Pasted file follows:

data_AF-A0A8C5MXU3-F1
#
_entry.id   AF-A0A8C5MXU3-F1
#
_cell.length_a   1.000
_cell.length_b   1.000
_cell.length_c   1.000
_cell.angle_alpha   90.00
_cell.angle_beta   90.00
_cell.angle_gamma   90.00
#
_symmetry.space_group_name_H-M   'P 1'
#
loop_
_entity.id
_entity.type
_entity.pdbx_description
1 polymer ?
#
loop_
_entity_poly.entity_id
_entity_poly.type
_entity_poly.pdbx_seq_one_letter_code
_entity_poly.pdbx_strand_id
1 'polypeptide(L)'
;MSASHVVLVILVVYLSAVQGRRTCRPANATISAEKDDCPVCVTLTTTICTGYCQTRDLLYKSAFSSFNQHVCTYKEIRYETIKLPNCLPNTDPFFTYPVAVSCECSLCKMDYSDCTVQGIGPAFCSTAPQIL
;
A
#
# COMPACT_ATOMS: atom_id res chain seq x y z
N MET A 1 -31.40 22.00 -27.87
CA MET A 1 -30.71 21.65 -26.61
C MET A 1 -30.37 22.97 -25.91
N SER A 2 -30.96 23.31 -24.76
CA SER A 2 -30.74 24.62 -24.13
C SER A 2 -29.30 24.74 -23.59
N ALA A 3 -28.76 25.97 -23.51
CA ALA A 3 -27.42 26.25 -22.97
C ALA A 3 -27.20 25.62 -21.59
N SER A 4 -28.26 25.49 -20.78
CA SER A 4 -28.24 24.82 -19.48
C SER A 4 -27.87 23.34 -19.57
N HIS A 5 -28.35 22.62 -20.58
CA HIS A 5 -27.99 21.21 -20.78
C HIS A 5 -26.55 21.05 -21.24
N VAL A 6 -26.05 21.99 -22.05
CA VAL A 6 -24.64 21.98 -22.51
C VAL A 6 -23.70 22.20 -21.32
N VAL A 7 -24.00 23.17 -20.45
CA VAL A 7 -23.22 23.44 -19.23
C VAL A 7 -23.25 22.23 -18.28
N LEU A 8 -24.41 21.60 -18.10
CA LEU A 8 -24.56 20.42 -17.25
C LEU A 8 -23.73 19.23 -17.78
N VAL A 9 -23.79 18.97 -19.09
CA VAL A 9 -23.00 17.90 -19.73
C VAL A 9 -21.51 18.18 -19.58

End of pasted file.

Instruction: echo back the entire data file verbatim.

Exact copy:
data_AF-A0A8C5MXU3-F1
#
_entry.id   AF-A0A8C5MXU3-F1
#
_cell.length_a   1.000
_cell.length_b   1.000
_cell.length_c   1.000
_cell.angle_alpha   90.00
_cell.angle_beta   90.00
_cell.angle_gamma   90.00
#
_symmetry.space_group_name_H-M   'P 1'
#
loop_
_entity.id
_entity.type
_entity.pdbx_description
1 polymer ?
#
loop_
_entity_poly.entity_id
_entity_poly.type
_entity_poly.pdbx_seq_one_letter_code
_entity_poly.pdbx_strand_id
1 'polypeptide(L)'
;MSASHVVLVILVVYLSAVQGRRTCRPANATISAEKDDCPVCVTLTTTICTGYCQTRDLLYKSAFSSFNQHVCTYKEIRYETIKLPNCLPNTDPFFTYPVAVSCECSLCKMDYSDCTVQGIGPAFCSTAPQIL
;
A
#
# COMPACT_ATOMS: atom_id res chain seq x y z
N MET A 1 -31.40 22.00 -27.87
CA MET A 1 -30.71 21.65 -26.61
C MET A 1 -30.37 22.97 -25.91
N SER A 2 -30.96 23.31 -24.76
CA SER A 2 -30.74 24.62 -24.13
C SER A 2 -29.30 24.74 -23.59
N ALA A 3 -28.76 25.97 -23.51
CA ALA A 3 -27.42 26.25 -22.97
C ALA A 3 -27.20 25.62 -21.59
N SER A 4 -28.26 25.49 -20.78
CA SER A 4 -28.24 24.82 -19.48
C SER A 4 -27.87 23.34 -19.57
N HIS A 5 -28.35 22.62 -20.58
CA HIS A 5 -27.99 21.21 -20.78
C HIS A 5 -26.55 21.05 -21.24
N VAL A 6 -26.05 21.99 -22.05
CA VAL A 6 -24.64 21.98 -22.51
C VAL A 6 -23.70 22.20 -21.32
N VAL A 7 -24.00 23.17 -20.45
CA VAL A 7 -23.22 23.44 -19.23
C VAL A 7 -23.25 22.23 -18.28
N LEU A 8 -24.41 21.60 -18.10
CA LEU A 8 -24.56 20.42 -17.25
C LEU A 8 -23.73 19.23 -17.78
N VAL A 9 -23.79 18.97 -19.09
CA VAL A 9 -23.00 17.90 -19.73
C VAL A 9 -21.51 18.18 -19.58